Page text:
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Outhouse or Backhouse?

The Back House on the Lake

Been a while since I shared a story with you. So here is one that takes a rude comment from 45, and turns it into a family tradition. The comment, "...shithole countries."

A friend remarked that he could not recall a time when he used that term, "shithole." I wracked my brain as well and could not come up with a time either, though I did share an experience with one. A real "shithole". The outhouse at the back of our lake house property in the Berkshires of Northwest Connecticut. We called it the "back house" since it was across the road from the main house, up a small hill in the woods, at the end of a little dirt path.

The "back house" was for the men to take care of Number 2 duties as the single toilet in the main house, more of a cottage several feet from the lake, drained into small holding tank that had to be drawn out periodically. The women could use it for both numbers 1 & 2, the men only #1. The back house was for anything else. NO ONE ever broke the rules. It was family tradition.

On the seat was a Readers Digest and a can of lime was on the floor to help decompose the organics. My grandmother, well up into her 70's and 80's would march up every morning and sweep away the spiders, shake some lime in the "shit hole" and wipe down the seat with disinfectant . The wooden building was painted evergreen green to blend in with the background and bright white inside. One cousin carved her initials in the door, and got a beating for it, but more about that later.

The cottage was built in 1938 when my grandmother and two of her sisters built cottages on the lake, two right on the water, and one across the road on the hill with right of way between the two waterfront cottages, Aspenwood and Stardust. The hole was dug in rocky ground and the building set over it, leveled and remained in place for almost 50 years. It was moved once in that time, and Uncle Henry ended up in the hole when they were trying to move it. On another occasion when the family dog, a cocker spaniel named "Bunky" got in the way of another family project, someone locked her in the outhouse. She figured out how to escape by lifting the toilet seat, jumping down the hole (yummy), digging her way out and presenting herself to my grandfather who was ready to dig another hole to bury her in, dead or alive I hear.

I spent every summer of my life from 8 months of age to 18, on that lake, losing the cottage when I went away to college in Virginia and my grandmother assumed, that since I was the last one who loved the place, and I was "gone", it was time to sell the cottage. Her two sisters had already done as much, so in 1968, thirty years after building it, Stardust was sold, torn down, and a blue box monstrosity took its place.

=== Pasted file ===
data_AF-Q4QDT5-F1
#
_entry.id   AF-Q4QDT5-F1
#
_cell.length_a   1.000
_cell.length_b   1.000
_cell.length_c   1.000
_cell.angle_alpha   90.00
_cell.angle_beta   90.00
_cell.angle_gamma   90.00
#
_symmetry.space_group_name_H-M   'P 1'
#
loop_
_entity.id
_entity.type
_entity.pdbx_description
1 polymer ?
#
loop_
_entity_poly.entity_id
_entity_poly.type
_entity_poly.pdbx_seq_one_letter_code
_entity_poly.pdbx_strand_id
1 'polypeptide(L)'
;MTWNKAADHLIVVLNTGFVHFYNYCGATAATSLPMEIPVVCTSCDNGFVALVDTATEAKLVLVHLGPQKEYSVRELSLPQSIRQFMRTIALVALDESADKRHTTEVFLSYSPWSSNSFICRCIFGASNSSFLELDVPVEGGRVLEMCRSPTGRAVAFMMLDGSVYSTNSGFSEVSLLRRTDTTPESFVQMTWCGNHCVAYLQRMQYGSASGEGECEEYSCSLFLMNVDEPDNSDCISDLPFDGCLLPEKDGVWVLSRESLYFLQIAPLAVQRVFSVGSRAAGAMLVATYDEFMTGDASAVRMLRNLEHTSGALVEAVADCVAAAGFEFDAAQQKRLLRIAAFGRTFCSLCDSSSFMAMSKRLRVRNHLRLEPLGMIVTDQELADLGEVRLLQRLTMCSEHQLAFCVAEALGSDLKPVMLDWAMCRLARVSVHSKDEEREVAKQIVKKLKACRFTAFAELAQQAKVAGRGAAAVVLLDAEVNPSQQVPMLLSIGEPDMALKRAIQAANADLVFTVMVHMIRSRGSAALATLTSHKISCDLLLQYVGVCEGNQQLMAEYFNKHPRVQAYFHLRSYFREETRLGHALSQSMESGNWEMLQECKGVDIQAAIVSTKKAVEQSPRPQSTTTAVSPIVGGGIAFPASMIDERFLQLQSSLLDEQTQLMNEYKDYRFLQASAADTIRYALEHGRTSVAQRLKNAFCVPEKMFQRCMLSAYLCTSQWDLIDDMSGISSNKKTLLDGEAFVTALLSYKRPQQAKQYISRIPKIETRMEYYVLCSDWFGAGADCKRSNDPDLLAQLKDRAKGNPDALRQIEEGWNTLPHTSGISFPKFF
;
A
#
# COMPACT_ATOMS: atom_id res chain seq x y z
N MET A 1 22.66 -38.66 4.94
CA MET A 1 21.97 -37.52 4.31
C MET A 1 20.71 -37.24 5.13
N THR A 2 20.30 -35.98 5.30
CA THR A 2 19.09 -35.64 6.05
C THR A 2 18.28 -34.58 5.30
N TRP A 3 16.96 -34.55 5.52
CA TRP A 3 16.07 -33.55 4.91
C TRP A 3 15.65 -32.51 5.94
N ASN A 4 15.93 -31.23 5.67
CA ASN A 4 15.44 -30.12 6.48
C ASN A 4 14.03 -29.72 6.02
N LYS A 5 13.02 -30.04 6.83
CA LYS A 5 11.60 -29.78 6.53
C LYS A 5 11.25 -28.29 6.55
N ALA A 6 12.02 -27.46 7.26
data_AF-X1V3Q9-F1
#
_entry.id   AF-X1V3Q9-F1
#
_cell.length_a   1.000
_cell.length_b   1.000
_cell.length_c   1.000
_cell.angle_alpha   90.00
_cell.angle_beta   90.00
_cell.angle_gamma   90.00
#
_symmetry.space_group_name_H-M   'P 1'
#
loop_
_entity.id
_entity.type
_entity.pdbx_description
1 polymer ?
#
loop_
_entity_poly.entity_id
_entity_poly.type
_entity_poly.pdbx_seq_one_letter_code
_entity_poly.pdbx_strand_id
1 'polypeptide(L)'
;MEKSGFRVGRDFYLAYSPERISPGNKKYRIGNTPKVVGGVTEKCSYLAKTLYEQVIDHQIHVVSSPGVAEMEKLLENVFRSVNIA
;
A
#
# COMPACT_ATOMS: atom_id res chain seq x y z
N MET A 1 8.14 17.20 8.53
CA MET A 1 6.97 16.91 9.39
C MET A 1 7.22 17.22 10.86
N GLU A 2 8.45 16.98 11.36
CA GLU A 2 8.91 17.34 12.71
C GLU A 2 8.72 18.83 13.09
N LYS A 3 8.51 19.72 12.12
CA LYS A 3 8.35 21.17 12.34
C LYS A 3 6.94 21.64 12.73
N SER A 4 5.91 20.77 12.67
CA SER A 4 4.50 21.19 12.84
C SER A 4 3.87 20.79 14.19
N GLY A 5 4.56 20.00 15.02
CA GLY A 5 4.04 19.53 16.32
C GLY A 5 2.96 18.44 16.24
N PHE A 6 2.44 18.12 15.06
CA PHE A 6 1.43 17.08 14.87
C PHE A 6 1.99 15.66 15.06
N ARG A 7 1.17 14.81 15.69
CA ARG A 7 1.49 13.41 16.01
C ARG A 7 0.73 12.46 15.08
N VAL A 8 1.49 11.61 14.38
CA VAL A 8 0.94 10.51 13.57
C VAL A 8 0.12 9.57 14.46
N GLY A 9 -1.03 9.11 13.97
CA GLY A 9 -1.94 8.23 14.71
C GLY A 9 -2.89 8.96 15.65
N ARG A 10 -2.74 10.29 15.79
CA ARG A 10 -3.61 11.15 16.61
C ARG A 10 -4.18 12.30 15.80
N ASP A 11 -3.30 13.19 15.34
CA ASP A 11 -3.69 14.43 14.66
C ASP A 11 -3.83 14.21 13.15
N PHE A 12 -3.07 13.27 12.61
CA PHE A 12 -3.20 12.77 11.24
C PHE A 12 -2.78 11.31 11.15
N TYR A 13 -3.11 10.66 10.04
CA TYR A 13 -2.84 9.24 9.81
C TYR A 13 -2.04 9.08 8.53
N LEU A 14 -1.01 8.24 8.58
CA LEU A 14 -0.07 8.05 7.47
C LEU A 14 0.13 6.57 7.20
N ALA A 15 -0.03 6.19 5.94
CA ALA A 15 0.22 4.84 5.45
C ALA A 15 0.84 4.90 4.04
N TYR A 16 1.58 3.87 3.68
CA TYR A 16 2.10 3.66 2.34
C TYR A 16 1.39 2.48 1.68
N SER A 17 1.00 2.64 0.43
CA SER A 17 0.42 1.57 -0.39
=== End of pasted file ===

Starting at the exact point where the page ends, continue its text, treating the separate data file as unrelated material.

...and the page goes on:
I was away from the lake (self-fulfilling prophesy) for 18 years, and at 36, married with two kids aged 8 and 9, decided to return to the lake of my dreams and rent a cottage on the lake for a week. We were in First Bay, but of course we had to swing by to see the old place. While the cottage was gone, there was the outhouse, still in place. There was no one home, so I walked up, unlatched the door and made myself at home. Can you believe the Reader's Digest from 1967, the last summer was still there? I now have it stashed away.

The next summer my mom and dad rented Aspenwood, the cottage next door and that provided another visit to the lake. It was the Fourth of July and I walked down the lane, looked up, and to my dismay, the outhouse was gone. I went down to the Blue Box house, and walked up to the front door. I knocked and the new owner came out on the porch. I asked him what happened to the outhouse. He told me it was funny that I asked, only the day before he had torn it down and carted it off to the dump.

I walked away, but my gears were turning. If he just yesterday took it to the dump, and today was a national holiday, if I went to the dump tomorrow, maybe, just maybe I could find it. Sure enough the next day my dad and I headed to the dump. I asked the dump guy where a wooden structure or pile of old lumber might be. He pointed to a muddy dirt road that went to a flat area on top of the hill. "You might find it on the brush pile up there," he pointed. We drove up, and there were not one but two huge brush piles, 25 to 30 feet high. I headed for one, my dad to the other.

I walked around it looking at logs and sticks and twigs and trees and brush. Almost ready to give up when I spotted it. Near the top about 20 feet up was an evergreen green door, the piece I sought. I crawled up, turned it over, white with initials! I had found it! I crawled down with the door held high over my head, whooping to my dad.

Once home, I cut out the part with the initials and a name, "Captain Tappy" J.... Turns out that was the nickname of my mom's cousin Jean whose parents, Aunt Dot and Uncle Henry (of the falling in the shithole business) owned Aspenwood. She never finished her whole name, having spent too much time in the outhouse and being interrupted by her dad Henry who didn't take too kindly to her defacing his sister-in-law’s property.

I had a friend of mine make a frame of the outside green wood, and centered it around the white piece with the nickname and initials. For Christmas, I presented it, with family mourned to cousin Jean. She was speechless.

She kept it on her wall for a number of years, and then when she turned 90 last February, she asked if I would like it back. It now hangs on the wall of our family lakehouse in West Virginia. Just something about Family Traditions.

Frank L. Miller January 12, 2018

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